Fly fishing on Unica – the queen of Slovenian rivers with Flyfishingodec
On the Unica River is always something special. The gorgeous scenery and landscape of Planinsko polje, the beautiful sunny weather and the green hue of the river, which is dominated by brown trout and grayling, ensure that you’ll spend a wonderful day fly fishing in Slovenia .
I decided to start mine from the large parking at HASBERG Castle. You can’t miss the well-trodden paths by the river UNICA, as the river attracts anglers from all over Slovenia and world. The water level for fly fishing on the day of my visit was ideal – 32 cm / 4.59 cm3 and the swarming of insects in the air let me know that I’d be fishing with a tied dry fly and my box of heavy nymphs would stay in the bag. And it really was that way. The mowed fields do not pose a problem for the anglers with longer throws, so it’s also possible to approach the secret fish on the other side of the river, hidden under trees and bushes.
Brown trout and trophy Grayling
Grayling, 15-20 cm in size, played in the spring sun and picked up my dry fly as if for a bet. For a start, I used a dry fly, a classic, Fratnik’s FFly in natural colour tied on a hook size 16. The turning point came when I replaced the Fratnik’s FFly hook size #16 in a natural shade tied to hook #14. The fly on hook #14 made my fishing even more interesting that day, as among the many hatches of small grayling there was also a larger grayling that did not belong to the 50+ club, but is still an enviable size between 40-45cm. I did not have any brown trout during all the catches that morning, but that soon changed.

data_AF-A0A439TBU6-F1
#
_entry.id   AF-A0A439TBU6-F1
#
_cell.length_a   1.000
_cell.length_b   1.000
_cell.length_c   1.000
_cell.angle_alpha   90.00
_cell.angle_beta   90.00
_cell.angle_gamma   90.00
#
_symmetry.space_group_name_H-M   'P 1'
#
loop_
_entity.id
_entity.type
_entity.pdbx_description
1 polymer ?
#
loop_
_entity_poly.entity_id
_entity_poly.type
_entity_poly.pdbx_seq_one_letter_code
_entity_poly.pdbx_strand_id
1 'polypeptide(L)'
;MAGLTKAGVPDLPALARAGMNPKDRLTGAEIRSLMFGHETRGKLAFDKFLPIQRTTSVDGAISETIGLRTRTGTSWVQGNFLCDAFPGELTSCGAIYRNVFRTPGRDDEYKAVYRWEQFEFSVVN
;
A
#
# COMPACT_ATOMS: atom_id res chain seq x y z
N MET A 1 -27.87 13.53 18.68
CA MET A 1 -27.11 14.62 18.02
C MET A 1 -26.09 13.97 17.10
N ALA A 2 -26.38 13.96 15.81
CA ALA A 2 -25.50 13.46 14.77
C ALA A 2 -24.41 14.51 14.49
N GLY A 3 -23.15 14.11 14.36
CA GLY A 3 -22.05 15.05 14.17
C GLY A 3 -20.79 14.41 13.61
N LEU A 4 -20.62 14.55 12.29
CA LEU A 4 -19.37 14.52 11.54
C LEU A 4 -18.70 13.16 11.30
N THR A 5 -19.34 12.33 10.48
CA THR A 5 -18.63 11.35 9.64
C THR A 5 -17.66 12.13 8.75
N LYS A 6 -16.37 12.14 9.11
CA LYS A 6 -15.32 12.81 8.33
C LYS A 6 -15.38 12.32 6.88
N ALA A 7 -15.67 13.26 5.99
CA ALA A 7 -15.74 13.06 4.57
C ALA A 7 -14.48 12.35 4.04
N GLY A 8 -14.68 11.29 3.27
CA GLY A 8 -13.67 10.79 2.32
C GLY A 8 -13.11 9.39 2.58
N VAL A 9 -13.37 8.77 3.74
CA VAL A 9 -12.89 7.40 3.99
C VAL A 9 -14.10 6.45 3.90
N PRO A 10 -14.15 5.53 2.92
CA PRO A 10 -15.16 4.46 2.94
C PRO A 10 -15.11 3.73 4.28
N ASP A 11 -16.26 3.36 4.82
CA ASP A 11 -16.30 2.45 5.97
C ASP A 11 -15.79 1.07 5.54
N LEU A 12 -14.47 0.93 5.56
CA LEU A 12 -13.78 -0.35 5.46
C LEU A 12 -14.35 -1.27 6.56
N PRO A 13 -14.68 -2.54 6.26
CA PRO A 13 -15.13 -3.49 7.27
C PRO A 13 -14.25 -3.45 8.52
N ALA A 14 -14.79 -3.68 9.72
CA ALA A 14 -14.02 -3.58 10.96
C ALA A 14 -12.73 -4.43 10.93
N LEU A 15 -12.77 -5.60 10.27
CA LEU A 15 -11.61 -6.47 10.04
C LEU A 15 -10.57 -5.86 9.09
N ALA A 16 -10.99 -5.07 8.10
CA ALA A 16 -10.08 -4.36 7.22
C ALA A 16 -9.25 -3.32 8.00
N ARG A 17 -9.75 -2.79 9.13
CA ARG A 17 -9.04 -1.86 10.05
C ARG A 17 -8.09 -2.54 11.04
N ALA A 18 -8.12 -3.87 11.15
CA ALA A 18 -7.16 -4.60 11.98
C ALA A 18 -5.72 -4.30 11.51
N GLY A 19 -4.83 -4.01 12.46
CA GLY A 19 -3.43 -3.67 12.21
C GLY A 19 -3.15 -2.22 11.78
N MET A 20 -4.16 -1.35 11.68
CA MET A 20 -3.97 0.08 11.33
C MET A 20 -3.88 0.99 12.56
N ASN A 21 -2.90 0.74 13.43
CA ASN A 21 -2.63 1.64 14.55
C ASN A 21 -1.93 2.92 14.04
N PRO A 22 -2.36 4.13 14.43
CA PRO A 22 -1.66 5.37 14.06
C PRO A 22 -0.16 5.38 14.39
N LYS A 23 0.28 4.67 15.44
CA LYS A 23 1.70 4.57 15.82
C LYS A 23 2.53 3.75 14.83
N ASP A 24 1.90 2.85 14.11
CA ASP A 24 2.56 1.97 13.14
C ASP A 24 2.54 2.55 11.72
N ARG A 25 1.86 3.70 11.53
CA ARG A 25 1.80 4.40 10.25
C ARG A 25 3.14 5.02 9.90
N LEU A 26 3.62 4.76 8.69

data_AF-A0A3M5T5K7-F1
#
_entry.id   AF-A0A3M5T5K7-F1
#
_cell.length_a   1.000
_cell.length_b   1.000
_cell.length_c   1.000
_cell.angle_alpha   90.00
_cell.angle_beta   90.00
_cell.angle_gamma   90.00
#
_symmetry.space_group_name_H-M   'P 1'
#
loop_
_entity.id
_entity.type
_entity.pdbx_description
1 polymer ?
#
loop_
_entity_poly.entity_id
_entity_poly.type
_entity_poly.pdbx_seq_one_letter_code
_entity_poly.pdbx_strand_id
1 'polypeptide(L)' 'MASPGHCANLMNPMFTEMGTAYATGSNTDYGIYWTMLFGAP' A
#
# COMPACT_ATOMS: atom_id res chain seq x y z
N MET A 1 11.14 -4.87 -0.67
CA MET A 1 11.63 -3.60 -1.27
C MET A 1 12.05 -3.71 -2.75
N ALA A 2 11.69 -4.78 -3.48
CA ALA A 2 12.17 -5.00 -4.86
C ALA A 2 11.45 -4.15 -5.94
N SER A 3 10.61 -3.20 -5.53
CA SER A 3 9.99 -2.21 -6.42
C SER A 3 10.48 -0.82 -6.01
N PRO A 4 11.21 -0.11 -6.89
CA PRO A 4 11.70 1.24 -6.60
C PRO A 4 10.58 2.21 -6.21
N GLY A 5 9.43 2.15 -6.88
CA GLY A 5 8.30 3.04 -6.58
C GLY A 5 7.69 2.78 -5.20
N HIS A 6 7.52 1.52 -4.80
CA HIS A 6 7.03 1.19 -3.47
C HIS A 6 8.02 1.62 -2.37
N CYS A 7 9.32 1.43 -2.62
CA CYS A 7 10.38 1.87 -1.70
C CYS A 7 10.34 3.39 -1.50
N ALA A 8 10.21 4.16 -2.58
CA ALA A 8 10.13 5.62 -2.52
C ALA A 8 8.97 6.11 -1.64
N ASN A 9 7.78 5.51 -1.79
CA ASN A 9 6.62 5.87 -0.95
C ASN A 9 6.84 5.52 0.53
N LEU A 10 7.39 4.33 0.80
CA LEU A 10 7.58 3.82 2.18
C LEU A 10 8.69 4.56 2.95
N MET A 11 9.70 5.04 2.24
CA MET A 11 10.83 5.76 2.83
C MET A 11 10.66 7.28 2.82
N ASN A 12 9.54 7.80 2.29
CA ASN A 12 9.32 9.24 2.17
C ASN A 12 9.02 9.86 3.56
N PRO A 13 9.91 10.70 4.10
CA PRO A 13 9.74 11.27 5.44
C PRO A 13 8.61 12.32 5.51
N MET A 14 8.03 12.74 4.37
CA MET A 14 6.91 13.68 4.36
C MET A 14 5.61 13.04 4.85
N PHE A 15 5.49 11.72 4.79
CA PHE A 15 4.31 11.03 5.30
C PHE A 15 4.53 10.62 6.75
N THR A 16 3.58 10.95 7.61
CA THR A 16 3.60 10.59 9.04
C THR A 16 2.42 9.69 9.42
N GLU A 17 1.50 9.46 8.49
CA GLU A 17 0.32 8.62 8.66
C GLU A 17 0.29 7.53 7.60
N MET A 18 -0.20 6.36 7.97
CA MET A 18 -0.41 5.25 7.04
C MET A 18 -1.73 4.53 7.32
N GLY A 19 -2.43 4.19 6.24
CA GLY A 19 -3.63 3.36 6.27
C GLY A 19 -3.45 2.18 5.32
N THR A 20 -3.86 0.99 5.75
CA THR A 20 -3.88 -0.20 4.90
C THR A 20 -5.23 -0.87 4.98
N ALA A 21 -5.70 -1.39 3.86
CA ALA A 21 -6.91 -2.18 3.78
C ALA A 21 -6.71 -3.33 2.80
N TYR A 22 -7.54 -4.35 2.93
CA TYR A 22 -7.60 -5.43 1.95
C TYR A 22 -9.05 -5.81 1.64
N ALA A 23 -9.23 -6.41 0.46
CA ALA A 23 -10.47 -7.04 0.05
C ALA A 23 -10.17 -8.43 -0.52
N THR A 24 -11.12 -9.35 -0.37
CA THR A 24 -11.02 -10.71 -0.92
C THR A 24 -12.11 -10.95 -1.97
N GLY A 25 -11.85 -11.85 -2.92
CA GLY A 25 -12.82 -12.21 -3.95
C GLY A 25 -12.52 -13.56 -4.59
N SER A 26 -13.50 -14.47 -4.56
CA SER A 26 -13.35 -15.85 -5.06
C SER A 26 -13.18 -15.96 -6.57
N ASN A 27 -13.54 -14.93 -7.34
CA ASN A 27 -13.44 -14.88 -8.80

After lunch, which I had in the middle of a Planinsko polje I went to Malenščica. Malenščica, the right tributary of the Unica River, is a smaller and narrower river, overgrown with bushes and greenery, and like Unica River it offers shelter to graylings and brown trout. I continued fly fishing with a tied dry fly on hook #14. Hidden behind the bushes and with shorter throws, I tricked a few more beautiful grayling, who were just competing to see who would be first at my fly. When I saw a one picking up, at first look and estimation I thought he could get close to the 50+ club, I was surprised by a 40+ brown trout from the stream, which bit into a dry fly as if it hadn’t eaten for three days. The fight with the hungry brown trout lasted a full 10 minutes. Finally I managed to get it safely to a shore and catch it in the net. All the caught fish, some after being photographed I returned safely and unharmed to their realm of the depths.